I’m embarking on a quest to personally give a big thumbs-up to the child who made my iPhone.
Day 1: The Flight. I sleep for 13 1⁄2 hours of my 14 hour flight to Suzhou, China. I’m thinking about what I’m gonna do when I find this kid. Then I remember: give him (or her) a big thumbs-up.
Day 2: Finding the Child. Shanghai is a big city, and there are a lot of kids here. It almost seems like any one of them could have made my iPhone. Nǐ zuò wǒ de iPhone? This is something I looked up on my iPhone, and it means, “did you make my iPhone?” I start asking.
Day 3: Bump in the Road. I have not been keeping track of the children I ask, and I’m starting to ask some repeat kids. It’s going to be slow-going finding the kid who made my iPhone unless I step up my organization game. Big time!
Day 4: Shanghai. Shanghai is an expensive city. But I am a very rich man.
Day 5: At the Hotel Bar. A well-groomed Chinese businessman tried to tell me that capitalism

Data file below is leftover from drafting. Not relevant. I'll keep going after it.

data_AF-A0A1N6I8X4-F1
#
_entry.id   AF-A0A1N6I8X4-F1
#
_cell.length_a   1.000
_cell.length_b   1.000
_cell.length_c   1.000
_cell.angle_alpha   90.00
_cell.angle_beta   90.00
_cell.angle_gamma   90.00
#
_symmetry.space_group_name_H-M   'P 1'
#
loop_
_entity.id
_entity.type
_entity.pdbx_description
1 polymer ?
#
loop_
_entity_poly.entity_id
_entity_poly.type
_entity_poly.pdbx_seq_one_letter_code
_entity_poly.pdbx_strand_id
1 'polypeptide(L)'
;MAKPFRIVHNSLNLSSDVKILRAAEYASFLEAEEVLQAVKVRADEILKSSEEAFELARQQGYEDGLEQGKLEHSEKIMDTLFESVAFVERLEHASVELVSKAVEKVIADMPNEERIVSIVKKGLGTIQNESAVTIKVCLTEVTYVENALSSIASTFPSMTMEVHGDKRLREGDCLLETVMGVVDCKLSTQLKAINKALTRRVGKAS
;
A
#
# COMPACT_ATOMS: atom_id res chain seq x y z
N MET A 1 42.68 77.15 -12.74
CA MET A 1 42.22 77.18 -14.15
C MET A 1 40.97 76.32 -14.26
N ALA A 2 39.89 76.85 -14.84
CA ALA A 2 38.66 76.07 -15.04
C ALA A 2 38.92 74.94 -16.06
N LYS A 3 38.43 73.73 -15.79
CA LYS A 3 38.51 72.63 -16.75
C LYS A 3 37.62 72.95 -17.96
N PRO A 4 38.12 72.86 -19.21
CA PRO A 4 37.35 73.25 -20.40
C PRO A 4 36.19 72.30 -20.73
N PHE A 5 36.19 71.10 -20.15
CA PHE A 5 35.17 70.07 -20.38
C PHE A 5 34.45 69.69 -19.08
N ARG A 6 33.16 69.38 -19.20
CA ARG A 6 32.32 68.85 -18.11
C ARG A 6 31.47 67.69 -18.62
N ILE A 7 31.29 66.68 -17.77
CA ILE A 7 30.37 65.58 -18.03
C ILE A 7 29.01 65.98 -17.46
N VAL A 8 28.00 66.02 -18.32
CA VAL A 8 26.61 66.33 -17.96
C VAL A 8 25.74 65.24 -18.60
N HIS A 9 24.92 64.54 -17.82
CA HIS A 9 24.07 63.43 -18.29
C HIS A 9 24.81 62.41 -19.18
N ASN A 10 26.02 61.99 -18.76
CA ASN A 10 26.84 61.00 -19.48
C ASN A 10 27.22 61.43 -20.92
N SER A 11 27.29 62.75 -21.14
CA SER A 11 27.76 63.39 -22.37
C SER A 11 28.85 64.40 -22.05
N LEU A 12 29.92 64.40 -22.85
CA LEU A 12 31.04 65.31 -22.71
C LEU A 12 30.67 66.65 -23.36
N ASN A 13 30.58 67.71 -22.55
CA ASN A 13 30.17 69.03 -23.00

involves a complex network of labor division, and there is not any one person who made my
iPhone, and certainly not a child. I laugh along. “I must seem so naive! Kinda like the child who
made your iPhone– what’s his name again?” “Guō Tái-míng,” he said, before he could stop
Day 7: The Factory. The place was totally empty. No employees, no assembly lines,
nothing. “Guō?” I shouted, hearing only an echo. Then a small noise from a strange door. I opened it slowly, revealing a gorgeous study lined with mahogany and books. At a desk was a small boy, examining his handiwork with a monocle, making new dints here and there with a small chisel. He looked up at me and smiled. “Have you come to give me a big thumbs up?” I was dumbfounded. I extended two big thumbs upward. “Thanks,” he said, “I appreciate it.” He put down his chisel and gazed out of his window. “You know, I really am lucky. Not everyone loves what they do.”